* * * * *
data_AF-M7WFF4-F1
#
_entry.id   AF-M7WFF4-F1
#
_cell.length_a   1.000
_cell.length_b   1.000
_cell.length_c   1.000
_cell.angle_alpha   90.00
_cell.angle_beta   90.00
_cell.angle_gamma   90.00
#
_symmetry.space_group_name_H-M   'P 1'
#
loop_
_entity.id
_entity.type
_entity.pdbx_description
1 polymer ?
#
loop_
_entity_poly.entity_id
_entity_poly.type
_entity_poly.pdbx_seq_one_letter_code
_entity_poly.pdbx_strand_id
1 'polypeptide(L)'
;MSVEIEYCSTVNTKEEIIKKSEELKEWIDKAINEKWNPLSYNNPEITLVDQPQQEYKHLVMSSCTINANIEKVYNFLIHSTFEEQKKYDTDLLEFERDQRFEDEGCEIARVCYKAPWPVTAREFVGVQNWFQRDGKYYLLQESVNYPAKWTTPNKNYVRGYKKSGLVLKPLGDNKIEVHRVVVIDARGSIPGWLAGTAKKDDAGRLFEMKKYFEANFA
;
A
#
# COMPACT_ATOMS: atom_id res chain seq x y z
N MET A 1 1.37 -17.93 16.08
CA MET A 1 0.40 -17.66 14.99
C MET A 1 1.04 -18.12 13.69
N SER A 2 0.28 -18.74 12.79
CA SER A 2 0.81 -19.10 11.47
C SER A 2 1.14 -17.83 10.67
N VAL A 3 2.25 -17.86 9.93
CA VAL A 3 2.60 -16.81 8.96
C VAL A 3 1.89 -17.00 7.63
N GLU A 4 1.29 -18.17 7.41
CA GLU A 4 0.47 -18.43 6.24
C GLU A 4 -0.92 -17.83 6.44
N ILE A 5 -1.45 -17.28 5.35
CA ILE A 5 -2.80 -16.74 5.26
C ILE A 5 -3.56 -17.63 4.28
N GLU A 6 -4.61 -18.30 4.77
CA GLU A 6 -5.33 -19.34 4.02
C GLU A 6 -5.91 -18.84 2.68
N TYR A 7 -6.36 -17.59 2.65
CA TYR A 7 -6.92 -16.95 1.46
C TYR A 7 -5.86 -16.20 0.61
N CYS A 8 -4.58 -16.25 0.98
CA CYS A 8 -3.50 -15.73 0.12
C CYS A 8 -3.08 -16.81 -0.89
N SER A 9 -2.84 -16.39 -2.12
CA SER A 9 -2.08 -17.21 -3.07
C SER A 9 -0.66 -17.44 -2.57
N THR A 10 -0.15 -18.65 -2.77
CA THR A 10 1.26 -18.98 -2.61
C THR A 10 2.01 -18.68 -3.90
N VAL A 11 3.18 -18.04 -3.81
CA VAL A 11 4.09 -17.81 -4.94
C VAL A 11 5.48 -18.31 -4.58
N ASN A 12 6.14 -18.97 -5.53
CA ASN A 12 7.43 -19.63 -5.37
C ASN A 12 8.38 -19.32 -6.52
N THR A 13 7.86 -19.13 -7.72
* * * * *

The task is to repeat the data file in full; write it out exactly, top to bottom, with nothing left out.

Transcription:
data_AF-M7WFF4-F1
#
_entry.id   AF-M7WFF4-F1
#
_cell.length_a   1.000
_cell.length_b   1.000
_cell.length_c   1.000
_cell.angle_alpha   90.00
_cell.angle_beta   90.00
_cell.angle_gamma   90.00
#
_symmetry.space_group_name_H-M   'P 1'
#
loop_
_entity.id
_entity.type
_entity.pdbx_description
1 polymer ?
#
loop_
_entity_poly.entity_id
_entity_poly.type
_entity_poly.pdbx_seq_one_letter_code
_entity_poly.pdbx_strand_id
1 'polypeptide(L)'
;MSVEIEYCSTVNTKEEIIKKSEELKEWIDKAINEKWNPLSYNNPEITLVDQPQQEYKHLVMSSCTINANIEKVYNFLIHSTFEEQKKYDTDLLEFERDQRFEDEGCEIARVCYKAPWPVTAREFVGVQNWFQRDGKYYLLQESVNYPAKWTTPNKNYVRGYKKSGLVLKPLGDNKIEVHRVVVIDARGSIPGWLAGTAKKDDAGRLFEMKKYFEANFA
;
A
#
# COMPACT_ATOMS: atom_id res chain seq x y z
N MET A 1 1.37 -17.93 16.08
CA MET A 1 0.40 -17.66 14.99
C MET A 1 1.04 -18.12 13.69
N SER A 2 0.28 -18.74 12.79
CA SER A 2 0.81 -19.10 11.47
C SER A 2 1.14 -17.83 10.67
N VAL A 3 2.25 -17.86 9.93
CA VAL A 3 2.60 -16.81 8.96
C VAL A 3 1.89 -17.00 7.63
N GLU A 4 1.29 -18.17 7.41
CA GLU A 4 0.47 -18.43 6.24
C GLU A 4 -0.92 -17.83 6.44
N ILE A 5 -1.45 -17.28 5.35
CA ILE A 5 -2.80 -16.74 5.26
C ILE A 5 -3.56 -17.63 4.28
N GLU A 6 -4.61 -18.30 4.77
CA GLU A 6 -5.33 -19.34 4.02
C GLU A 6 -5.91 -18.84 2.68
N TYR A 7 -6.36 -17.59 2.65
CA TYR A 7 -6.92 -16.95 1.46
C TYR A 7 -5.86 -16.20 0.61
N CYS A 8 -4.58 -16.25 0.98
CA CYS A 8 -3.50 -15.73 0.12
C CYS A 8 -3.08 -16.81 -0.89
N SER A 9 -2.84 -16.39 -2.12
CA SER A 9 -2.08 -17.21 -3.07
C SER A 9 -0.66 -17.44 -2.57
N THR A 10 -0.15 -18.65 -2.77
CA THR A 10 1.26 -18.98 -2.61
C THR A 10 2.01 -18.68 -3.90
N VAL A 11 3.18 -18.04 -3.81
CA VAL A 11 4.09 -17.81 -4.94
C VAL A 11 5.48 -18.31 -4.58
N ASN A 12 6.14 -18.97 -5.53
CA ASN A 12 7.43 -19.63 -5.37
C ASN A 12 8.38 -19.32 -6.52
N THR A 13 7.86 -19.13 -7.72